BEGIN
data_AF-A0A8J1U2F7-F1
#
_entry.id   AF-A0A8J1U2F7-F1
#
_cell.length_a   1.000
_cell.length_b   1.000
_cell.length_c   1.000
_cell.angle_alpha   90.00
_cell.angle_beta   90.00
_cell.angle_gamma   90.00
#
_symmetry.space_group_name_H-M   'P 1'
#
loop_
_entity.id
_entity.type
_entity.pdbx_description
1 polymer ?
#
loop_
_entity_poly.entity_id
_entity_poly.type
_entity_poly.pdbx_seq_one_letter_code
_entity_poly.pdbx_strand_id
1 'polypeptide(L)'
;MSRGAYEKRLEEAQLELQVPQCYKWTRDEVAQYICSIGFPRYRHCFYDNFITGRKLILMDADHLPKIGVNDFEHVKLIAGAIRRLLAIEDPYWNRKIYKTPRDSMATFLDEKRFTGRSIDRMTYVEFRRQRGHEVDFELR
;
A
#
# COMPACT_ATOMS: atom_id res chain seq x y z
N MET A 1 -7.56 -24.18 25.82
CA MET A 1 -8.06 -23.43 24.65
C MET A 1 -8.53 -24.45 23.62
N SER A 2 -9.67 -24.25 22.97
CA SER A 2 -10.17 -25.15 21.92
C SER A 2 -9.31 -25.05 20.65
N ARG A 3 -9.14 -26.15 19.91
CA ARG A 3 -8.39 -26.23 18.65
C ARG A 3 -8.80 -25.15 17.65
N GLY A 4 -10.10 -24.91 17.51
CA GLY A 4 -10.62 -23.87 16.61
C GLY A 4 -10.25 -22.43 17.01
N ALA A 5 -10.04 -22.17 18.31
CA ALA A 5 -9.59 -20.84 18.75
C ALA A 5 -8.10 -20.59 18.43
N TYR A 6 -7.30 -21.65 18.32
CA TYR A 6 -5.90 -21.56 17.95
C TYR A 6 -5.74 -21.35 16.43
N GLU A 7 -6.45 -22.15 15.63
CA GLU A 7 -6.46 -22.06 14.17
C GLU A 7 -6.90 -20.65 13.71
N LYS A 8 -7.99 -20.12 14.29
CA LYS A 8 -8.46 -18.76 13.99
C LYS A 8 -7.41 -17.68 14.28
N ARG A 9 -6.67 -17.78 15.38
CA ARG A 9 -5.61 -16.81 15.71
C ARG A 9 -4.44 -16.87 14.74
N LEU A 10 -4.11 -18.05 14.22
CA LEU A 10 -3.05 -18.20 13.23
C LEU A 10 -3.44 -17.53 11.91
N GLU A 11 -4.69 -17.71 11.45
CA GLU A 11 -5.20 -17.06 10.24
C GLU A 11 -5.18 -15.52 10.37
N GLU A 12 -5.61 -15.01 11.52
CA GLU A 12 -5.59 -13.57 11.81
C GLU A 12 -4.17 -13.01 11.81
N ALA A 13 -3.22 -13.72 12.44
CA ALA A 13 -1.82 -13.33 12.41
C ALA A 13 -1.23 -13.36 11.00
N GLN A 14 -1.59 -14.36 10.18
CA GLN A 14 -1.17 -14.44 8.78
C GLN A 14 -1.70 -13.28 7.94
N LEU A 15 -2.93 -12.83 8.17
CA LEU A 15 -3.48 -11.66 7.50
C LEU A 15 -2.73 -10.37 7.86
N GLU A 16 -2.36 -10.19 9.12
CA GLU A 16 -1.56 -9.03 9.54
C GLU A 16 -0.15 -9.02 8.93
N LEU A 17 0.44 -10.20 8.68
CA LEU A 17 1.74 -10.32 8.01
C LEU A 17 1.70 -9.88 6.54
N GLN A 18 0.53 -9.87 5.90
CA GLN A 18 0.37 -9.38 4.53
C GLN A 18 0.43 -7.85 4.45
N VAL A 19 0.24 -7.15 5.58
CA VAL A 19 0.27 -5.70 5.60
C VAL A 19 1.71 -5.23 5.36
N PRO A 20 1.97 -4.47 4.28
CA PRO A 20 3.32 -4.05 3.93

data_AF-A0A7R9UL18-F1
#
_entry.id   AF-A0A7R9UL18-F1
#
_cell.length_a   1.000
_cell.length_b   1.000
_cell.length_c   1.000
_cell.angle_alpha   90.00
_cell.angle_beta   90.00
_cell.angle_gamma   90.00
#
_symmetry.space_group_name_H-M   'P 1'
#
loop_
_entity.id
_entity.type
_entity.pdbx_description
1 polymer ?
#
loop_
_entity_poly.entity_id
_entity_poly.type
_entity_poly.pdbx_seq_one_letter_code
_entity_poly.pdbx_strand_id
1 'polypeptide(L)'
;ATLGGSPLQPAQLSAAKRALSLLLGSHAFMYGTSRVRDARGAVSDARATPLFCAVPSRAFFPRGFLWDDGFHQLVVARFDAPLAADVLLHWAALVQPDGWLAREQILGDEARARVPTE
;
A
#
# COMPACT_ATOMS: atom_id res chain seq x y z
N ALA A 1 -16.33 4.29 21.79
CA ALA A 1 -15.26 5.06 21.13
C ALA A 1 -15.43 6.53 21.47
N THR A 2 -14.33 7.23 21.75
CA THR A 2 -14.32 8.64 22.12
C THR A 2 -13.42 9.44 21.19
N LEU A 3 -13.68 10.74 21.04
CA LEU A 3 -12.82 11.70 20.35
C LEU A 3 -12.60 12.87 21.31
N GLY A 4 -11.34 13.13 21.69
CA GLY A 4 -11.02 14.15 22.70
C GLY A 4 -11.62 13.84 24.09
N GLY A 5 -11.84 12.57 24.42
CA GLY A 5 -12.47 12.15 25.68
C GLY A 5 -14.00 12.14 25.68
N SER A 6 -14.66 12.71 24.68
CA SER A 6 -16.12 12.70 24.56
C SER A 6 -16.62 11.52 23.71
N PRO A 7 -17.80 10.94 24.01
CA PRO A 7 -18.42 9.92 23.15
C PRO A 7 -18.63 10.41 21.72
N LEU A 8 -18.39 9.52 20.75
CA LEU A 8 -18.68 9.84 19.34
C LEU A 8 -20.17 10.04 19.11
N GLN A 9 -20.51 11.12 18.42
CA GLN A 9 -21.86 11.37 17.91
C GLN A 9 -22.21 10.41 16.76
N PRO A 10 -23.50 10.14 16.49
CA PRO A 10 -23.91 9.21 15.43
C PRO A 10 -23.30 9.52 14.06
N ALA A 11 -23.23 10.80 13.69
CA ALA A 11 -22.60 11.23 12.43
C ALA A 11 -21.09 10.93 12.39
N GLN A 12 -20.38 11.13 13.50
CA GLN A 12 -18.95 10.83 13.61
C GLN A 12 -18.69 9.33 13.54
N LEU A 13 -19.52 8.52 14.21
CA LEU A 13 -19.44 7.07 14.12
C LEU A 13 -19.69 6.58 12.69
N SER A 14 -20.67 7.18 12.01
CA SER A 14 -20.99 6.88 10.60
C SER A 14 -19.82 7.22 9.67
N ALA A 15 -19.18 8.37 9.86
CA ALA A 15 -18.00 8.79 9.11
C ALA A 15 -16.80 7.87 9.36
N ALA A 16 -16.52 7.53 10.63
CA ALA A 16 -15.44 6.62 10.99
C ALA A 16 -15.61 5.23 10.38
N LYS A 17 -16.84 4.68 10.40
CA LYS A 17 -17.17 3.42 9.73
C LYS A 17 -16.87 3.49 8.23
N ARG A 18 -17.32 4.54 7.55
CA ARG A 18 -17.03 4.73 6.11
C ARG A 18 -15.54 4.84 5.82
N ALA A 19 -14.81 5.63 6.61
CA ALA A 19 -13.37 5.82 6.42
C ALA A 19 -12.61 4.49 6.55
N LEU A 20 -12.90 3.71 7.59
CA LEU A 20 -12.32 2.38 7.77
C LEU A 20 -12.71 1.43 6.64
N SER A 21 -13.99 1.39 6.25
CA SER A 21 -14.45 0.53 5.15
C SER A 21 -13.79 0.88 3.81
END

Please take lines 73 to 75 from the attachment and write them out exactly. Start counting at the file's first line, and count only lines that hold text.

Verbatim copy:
N LEU A 15 -2.93 -12.83 8.17
CA LEU A 15 -3.48 -11.66 7.50
C LEU A 15 -2.73 -10.37 7.86